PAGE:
Grant Wood Comes to Book Club
January 24, 2014 3 Comments
It began at book club.
The Salisbury House Young Professionals routinely hosts this event every couple of months. Literature collected by Carl and Edith Weeks, still housed in the magnificent library today, provide inspiration for the books chosen for discussion. Sinclair Lewis’ Main Street (1920) was the pick for January 2014. The selection was particularly apt, as the Weekses purchased several Lewis works over the years, including the 1937 Limited Editions Club publication of Main Street illustrated by Grant Wood.
Following a rousing discussion of both Lewis’ and Wood’s work in Main Street, your correspondent wondered: how else did Wood’s life and work intersect with the story of the Weeks family?
What we found is pretty cool.
First, the Limited Editions Club (LEC) version of Main Street is itself a treasure. Even if one picked up the book without noticing the Wood references on the cover and frontispiece, his familiar style is immediately apparent in the illustrations. Wood’s signature appears in the book as well.
This edition of Main Street, published in 1937, appeared at a time when Wood was increasingly well-known in the national art scene. His first one-man exhibitions took place two years earlier, in Chicago during February and March of 1935, followed by his Feragil Gallery show in New York.
Prior to the opening of the Chicago exhibit, however, Wood attended a January 1935 lecture in Iowa City by fellow regional artist Thomas Hart Benton (R. Tripp Evans’ Grant Wood: A Life details both the visit and the interaction between the two artists). The two men then traveled to Des Moines where they jointly addressed the Des Moines Women’s Club.
Wood spoke first, followed by Benton. A Des Moines Register reporter covering the lecture remarked upon both men’s appearance. “The soft speech of Wood clashes obviously with the vigorous and rough, though exact, words of Benton,” wrote Register journalist Gordon Gammack. “The latter, as he did Saturday, is the kind of person who can turn abruptly to a lady who has interrupted him and say ‘damn it…’ without being impolite.”
It must have been an entertaining evening.
The Register also included a photograph of Benton, Wood, and the man whose hospitality they had both enjoyed earlier that afternoon: Carl Weeks. A photograph (grainy and unfocused, sadly) of the three men accompanied the article. Benton was seated, with Wood and Weeks flanking his right and left.
It’s not clear whether or not Woods and Weeks had met before January 1935. Thomas Hart Benton and Carl Weeks, though, knew each other. One of Carl’s grandsons, Cooper Weeks – who himself lived in the same neighborhood as the Bentons in Kansas City and knew them well – remembered hearing his grandfather talk about Benton, and vice versa. Cooper recalled that Benton credited Carl with one of the first big sales of his career, a $500 purchase of an early Benton work that remains in Cooper’s family today.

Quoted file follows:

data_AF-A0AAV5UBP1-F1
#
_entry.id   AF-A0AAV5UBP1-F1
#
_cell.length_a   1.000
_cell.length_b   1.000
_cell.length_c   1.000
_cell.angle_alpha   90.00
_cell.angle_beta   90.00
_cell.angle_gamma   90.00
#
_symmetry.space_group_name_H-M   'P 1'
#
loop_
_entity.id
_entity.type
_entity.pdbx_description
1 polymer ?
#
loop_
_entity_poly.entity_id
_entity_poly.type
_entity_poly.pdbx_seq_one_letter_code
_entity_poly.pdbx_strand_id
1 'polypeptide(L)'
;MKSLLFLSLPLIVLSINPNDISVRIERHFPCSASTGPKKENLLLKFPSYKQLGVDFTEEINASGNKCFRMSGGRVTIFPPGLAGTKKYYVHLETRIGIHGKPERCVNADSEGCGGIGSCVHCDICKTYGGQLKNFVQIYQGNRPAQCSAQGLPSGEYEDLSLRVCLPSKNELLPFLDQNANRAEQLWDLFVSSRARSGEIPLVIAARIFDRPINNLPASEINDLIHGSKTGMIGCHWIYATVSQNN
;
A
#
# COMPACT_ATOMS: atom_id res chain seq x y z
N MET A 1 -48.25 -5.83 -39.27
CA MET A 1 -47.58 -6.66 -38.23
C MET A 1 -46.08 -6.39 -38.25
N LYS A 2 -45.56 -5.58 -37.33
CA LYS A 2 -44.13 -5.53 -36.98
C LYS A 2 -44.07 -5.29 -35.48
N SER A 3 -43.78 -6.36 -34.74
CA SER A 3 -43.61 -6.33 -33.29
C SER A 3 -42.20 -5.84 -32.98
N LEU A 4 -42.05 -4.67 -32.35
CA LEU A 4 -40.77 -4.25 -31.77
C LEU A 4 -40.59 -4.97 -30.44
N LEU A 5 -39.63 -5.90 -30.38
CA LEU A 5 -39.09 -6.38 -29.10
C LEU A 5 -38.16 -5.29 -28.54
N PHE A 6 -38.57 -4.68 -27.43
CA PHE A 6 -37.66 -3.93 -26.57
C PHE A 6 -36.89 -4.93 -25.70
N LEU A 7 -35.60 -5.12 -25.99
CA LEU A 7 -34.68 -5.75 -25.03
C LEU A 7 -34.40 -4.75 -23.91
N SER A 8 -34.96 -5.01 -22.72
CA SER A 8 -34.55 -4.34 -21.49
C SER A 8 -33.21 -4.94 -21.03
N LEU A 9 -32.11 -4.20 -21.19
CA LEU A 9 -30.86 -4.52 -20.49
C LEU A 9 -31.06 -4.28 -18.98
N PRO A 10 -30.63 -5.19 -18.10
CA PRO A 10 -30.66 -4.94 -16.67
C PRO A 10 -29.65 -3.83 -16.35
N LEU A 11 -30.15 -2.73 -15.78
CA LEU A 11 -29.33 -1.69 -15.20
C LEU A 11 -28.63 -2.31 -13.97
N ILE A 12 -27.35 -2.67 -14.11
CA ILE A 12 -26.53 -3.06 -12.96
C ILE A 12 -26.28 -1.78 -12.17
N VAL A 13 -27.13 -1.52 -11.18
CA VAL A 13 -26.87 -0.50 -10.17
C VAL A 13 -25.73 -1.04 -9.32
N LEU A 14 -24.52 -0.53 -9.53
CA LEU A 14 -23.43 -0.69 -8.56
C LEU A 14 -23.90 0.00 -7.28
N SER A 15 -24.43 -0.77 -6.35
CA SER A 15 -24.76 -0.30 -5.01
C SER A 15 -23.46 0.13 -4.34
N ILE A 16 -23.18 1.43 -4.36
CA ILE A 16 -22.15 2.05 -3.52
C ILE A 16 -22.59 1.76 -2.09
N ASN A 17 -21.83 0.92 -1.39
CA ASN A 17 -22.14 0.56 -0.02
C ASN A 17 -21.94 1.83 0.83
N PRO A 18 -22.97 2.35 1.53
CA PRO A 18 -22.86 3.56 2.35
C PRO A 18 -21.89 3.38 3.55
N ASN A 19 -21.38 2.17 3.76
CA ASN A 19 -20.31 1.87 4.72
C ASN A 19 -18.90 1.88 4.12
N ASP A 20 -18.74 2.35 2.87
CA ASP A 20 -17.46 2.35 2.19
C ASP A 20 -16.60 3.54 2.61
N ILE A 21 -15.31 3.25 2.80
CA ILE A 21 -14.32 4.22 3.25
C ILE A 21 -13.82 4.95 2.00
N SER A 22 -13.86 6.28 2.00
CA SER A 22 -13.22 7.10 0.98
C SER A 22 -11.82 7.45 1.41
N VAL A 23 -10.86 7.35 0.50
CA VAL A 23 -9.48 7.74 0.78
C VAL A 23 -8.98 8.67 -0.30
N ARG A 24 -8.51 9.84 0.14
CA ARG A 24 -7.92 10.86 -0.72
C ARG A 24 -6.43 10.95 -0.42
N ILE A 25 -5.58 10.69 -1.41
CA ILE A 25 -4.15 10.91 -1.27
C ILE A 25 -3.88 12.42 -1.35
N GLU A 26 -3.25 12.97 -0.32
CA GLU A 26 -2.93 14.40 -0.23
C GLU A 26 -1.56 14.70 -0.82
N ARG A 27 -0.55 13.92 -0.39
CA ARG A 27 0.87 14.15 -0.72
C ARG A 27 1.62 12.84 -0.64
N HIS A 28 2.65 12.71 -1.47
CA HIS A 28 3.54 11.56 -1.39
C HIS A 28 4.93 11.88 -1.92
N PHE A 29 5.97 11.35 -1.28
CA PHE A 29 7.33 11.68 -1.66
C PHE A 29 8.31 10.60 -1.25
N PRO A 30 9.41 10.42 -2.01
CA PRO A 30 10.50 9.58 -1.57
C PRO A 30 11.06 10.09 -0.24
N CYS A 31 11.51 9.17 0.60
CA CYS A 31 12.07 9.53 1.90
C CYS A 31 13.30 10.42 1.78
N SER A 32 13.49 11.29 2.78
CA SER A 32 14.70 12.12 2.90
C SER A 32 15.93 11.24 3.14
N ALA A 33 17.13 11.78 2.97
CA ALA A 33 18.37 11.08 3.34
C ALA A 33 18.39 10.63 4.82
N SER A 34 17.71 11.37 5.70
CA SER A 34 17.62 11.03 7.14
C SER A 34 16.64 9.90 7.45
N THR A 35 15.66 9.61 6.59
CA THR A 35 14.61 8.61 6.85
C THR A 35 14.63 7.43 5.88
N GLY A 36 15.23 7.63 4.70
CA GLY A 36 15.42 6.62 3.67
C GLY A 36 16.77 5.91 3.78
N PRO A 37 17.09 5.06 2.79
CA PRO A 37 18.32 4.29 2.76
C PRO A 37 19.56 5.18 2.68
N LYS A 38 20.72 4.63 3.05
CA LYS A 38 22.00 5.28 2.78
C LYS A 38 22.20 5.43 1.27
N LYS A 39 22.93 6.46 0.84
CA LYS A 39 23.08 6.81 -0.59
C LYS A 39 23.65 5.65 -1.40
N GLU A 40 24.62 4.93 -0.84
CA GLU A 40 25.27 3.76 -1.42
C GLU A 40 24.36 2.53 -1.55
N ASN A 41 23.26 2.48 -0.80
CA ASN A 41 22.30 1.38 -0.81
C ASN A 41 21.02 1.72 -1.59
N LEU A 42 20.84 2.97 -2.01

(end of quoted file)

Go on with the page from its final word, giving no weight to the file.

As for Grant Wood and Carl Weeks, we do know that they kept in touch for a time. Not long after this Des Moines rendezvous, Wood traveled to Chicago for the opening of his first significant one-man exhibition at Lakeside Press Galleries. Our records indicate that Carl visited him in the Windy City. Indeed, their meeting occurred in the midst of a critical moment in Wood’s life: his courtship of and marriage to Sara Sherman Maxon.
An onionskin copy of correspondence from Weeks to Woods, pictured below, was dated March 11, 1935. Nine days earlier, as Evans’ biography recounts, “Wood’s neighbors read with astonishment that he was to be married that night in a small ceremony in Minneapolis. The fact that Cedar Rapids’ “bachelor artist” had a secret fiancee was nearly as dumbfounding as the circumstances of the wedding itself – a ceremony conducted with little warning, far from home, and with no friends or family in attendance.”
Weeks’ letter also reflects the surprise commonly elicited by news of the marriage (though he includes none of the misgivings typical among many of Woods’ close friends upon hearing of the nuptials).
To have been a fly on the wall when Carl Weeks “butt[ed] in on something” between Grant Wood and Sara Sherman Maxon!
Wood and Weeks remained friendly in the months following his marriage to Sara. Another letter from Carl to Grant in May of 1935 suggests that the two planned, at some point, to meet again.
“Taliesin” almost certainly referred to Frank Lloyd Wright’s famous property in Wisconsin. Did Weeks and Wood ever visit Wright’s estate together? Unfortunately, the answer to that question continues to elude us. Still, the confluence in the lives of Carl Weeks and Grant Wood, occurring as it did in the spring and summer of 1935, provides a window into a deeply consequential time in Wood’s life.
The union between Grant Wood and Sara Sherman Maxon was not destined for “great happiness,” as Carl wished for them. Their fraught marriage ended in 1939. Indeed, Wood famously enlisted his housekeeper as proxy to deliver his desire for a divorce to Sara.
Salisbury House’s Grant Wood-related objects have stories to tell, like so many of our museum’s treasures. Our collections provide avenues for explorations of Picasso, The Book of Mormon, Ernest Hemingway, James Joyce, and many, many more.
Our next book club, which will be held in March, focuses on D.H. Lawrence’s Lady Chatterley’s Lover. Is there a connection, one may well wonder, between Salisbury House’s holdings and this master of twentieth-century letters?
Yes. D.H. Lawrence is coming to book club.